If good things are meant to last, then the right to repair is a no-brainer. So why has it been such a point of contention for some of the biggest brands on the market?
The “right to repair” is challenging some of the biggest tech monopolies around, and may help usher in a new circular mindset to the mainstream—if the movement can hit its stride.
What is “the right to repair”?
Have you ever tried to get your smartphone fixed, only to find out that you have to go through specially-trained technicians (and pay a hefty fee along with them)? And half the time, you have to replace the entire device anyway!
Consumers have been rightfully frustrated with this expensive bottleneck effect for many reasons. It’s inconvenient, expensive, and incentivizes the throwaway culture. It’s the “fast fashion” of electronics; after all, it’s easier to upgrade to another device than make the one in hand last longer.
As you can imagine, this creates an unimaginable amount of waste over time. It’s no wonder that electronic waste is one of the fastest-growing waste streams in the world. Just in the US. nearly 160 million new smartphones are purchased each year (which translates to about 23.7 million TONS of raw material to match).
While some of us may like the “upgrade early” culture, there are plenty of other consumers who simply feel like they have no choice. Apple products in particular have been especially hard to repair at home, and even attempting to do so can invalidate your warranty, which is a hefty price to pay for simply wanting to replace a cracked screen.
Enter the “right to repair” legislation. The goal of this movement is to make it easier (and consequently, cheaper) to fix your own product at home. This means manufacturers must share diagnostic tools, service parts, and ultimately design products in a way that doesn’t require a Ph.D. to do simple repairs.
What are the benefits of right-to-repair legislation?
The “right to repair” isn’t just about fixing our cracked phone screens quicker (although that is a huge perk!) It also comes with the following benefits:
Reducing electronic waste in our landfills. Phones still in our hands are less likely to be tossed away in the trash, which means more space in our landfills (and less processing of those pesky batteries). It also lessens the demand for newer devices, which means less waste from the manufacturing process.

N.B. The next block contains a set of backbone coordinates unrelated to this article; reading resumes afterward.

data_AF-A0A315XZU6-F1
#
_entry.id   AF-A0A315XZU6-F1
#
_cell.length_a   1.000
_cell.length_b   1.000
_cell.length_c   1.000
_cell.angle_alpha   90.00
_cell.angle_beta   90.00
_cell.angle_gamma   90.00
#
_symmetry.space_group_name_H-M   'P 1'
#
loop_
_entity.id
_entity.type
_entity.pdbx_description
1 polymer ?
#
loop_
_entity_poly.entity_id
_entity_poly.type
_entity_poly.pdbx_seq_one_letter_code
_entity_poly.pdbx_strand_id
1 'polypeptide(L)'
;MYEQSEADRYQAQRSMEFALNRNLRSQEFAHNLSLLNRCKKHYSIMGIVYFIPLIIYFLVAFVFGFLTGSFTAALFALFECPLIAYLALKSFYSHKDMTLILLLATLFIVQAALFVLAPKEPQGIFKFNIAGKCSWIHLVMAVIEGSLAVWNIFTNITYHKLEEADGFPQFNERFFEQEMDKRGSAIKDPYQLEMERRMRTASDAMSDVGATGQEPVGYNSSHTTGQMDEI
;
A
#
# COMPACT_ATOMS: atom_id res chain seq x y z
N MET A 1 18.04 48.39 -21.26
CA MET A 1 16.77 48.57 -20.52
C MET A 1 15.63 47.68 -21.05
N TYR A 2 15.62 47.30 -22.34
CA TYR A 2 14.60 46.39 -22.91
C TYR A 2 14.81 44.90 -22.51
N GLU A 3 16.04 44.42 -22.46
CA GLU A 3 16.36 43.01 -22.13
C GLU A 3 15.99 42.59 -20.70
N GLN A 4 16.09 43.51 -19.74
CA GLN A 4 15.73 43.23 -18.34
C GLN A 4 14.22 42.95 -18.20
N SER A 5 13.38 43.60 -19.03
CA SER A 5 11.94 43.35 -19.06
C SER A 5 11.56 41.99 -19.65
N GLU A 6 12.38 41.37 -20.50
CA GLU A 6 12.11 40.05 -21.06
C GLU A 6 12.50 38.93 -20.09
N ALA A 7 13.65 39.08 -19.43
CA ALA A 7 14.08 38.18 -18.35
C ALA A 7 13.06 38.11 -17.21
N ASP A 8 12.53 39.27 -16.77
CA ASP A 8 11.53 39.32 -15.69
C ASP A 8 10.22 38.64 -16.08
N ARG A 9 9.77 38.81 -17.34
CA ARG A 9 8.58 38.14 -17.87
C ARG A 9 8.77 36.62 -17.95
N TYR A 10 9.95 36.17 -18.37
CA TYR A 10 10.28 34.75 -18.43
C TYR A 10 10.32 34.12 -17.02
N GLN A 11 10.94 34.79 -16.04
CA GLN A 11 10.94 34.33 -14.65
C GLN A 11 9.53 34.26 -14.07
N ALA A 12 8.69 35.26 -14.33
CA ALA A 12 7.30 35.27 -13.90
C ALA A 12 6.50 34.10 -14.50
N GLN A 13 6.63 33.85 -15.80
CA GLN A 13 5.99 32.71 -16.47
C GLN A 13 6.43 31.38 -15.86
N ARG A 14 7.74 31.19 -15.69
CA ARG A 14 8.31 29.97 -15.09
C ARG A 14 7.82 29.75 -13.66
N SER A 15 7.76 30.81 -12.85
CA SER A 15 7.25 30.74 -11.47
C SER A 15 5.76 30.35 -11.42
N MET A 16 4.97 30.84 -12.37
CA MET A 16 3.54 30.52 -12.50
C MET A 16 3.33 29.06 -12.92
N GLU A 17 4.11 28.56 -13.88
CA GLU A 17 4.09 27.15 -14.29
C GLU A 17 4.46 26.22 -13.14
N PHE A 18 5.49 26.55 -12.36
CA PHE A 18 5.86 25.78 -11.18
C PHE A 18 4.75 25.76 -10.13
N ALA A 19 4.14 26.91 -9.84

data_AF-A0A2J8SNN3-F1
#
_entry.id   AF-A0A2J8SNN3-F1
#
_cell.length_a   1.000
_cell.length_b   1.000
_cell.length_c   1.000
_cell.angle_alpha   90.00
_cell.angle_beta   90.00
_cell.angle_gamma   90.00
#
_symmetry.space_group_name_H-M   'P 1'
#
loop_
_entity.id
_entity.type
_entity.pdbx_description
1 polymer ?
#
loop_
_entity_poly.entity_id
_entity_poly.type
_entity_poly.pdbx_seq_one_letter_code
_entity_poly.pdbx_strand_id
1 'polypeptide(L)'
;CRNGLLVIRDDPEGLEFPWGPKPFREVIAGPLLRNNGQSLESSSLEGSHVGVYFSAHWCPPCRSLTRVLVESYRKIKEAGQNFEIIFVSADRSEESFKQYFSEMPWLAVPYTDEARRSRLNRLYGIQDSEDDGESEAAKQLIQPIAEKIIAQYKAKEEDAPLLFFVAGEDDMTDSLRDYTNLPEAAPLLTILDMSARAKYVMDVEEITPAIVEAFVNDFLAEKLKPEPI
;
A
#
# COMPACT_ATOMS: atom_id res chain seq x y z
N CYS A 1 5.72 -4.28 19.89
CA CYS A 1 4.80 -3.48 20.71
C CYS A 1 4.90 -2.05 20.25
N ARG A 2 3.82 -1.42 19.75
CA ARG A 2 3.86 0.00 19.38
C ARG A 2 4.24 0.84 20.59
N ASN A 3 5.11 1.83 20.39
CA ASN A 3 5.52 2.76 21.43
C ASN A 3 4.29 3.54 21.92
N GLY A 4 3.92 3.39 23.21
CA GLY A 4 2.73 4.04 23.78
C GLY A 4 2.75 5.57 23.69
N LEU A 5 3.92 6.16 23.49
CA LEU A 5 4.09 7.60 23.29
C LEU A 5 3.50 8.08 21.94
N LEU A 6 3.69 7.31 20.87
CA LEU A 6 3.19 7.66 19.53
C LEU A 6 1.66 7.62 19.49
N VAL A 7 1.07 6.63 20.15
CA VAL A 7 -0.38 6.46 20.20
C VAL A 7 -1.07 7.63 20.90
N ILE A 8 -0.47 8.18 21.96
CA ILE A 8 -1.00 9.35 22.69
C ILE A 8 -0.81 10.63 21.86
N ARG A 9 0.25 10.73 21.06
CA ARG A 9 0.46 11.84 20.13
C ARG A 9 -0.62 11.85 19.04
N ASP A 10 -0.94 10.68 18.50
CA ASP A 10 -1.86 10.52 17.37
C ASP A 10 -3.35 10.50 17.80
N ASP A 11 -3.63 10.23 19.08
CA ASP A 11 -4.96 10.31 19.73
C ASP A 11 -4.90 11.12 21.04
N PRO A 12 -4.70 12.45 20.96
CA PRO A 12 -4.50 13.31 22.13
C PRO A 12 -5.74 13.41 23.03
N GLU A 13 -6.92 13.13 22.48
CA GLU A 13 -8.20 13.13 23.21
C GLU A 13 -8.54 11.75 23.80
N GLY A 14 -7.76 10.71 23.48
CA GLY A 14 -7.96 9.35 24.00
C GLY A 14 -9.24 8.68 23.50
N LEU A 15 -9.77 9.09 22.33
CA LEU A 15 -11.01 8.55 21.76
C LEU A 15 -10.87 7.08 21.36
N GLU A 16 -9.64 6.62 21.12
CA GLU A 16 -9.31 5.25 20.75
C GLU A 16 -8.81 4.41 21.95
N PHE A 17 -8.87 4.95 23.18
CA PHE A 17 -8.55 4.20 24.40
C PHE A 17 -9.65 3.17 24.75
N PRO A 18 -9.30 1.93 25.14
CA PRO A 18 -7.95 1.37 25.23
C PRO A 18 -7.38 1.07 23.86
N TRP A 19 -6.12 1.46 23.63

Increased job potential. If you take away the bottleneck effect, more people can become certified to repair these devices, which means more jobs in the community (and more choice for consumers).
Consumer choice and satisfaction. Now if you like the phone you have, you can make it last longer, instead of being pressured to upgrade simply to keep your device functional. This also helps take away the power from some of the biggest monopolies on Earth, like Apple, John Deere, and Microsoft.
Rejecting our “throwaway” culture. Think of the older muscle cars that keep chugging for decades. When we get the chance to take care of something and make it last, we value it more. We practically pair-bond with it. If we had to throw out our KIAs every 50,000 miles, we’d get tired of it pretty quickly. That’s why right-to-repair bills usually have bipartisan support. It’s something everyone can relate to!
California and Apple’s right-to-repair legislation efforts
President Biden kicked it off by signing an executive order in July 2021 that prompted the FTC to draft new right-to-repair regulations, and since then, plenty of states have already taken up the mantle.
Of course, the biggest recent proponent of the right to repair has also been one of the movement’s biggest offenders: Apple!
After nearly a year of pushing back, Apple announced its support for California’s Electronic Right to Repair Act (aka Senate Bill 244), which passed in a 50-0 vote in the state assembly on September 12th. If this bill passes the final vote in the Senate and gets the Governor’s approval, this will make California the third state to pass a right-to-repair act (after Minnesota and New York).
California’s bill would still be a monumental win. For one, California is the land of big tech, meaning that this legislation would target the tech industry at the source. The bill also adds some special stipulations, as it requires companies to expand access to repair materials (including parts, tools, and documentation) for a longer period of time. Products costing $50-99.99 would offer this support for three years, while products over $100 would require that kind of support for seven years.
Seven years is practically an eternity for an iPhone, and yet, Apple, recently announced its support for the bill in a letter to Senator Susan Talamentes Eggman (the author of the bill). Of course, they wanted a few amendments, but the concessions they made were huge. For example, the upcoming iPhone 15 now comes with a USB-C connector (thanks to European legislation) and a titanium chassis that makes it more repairable than other models.
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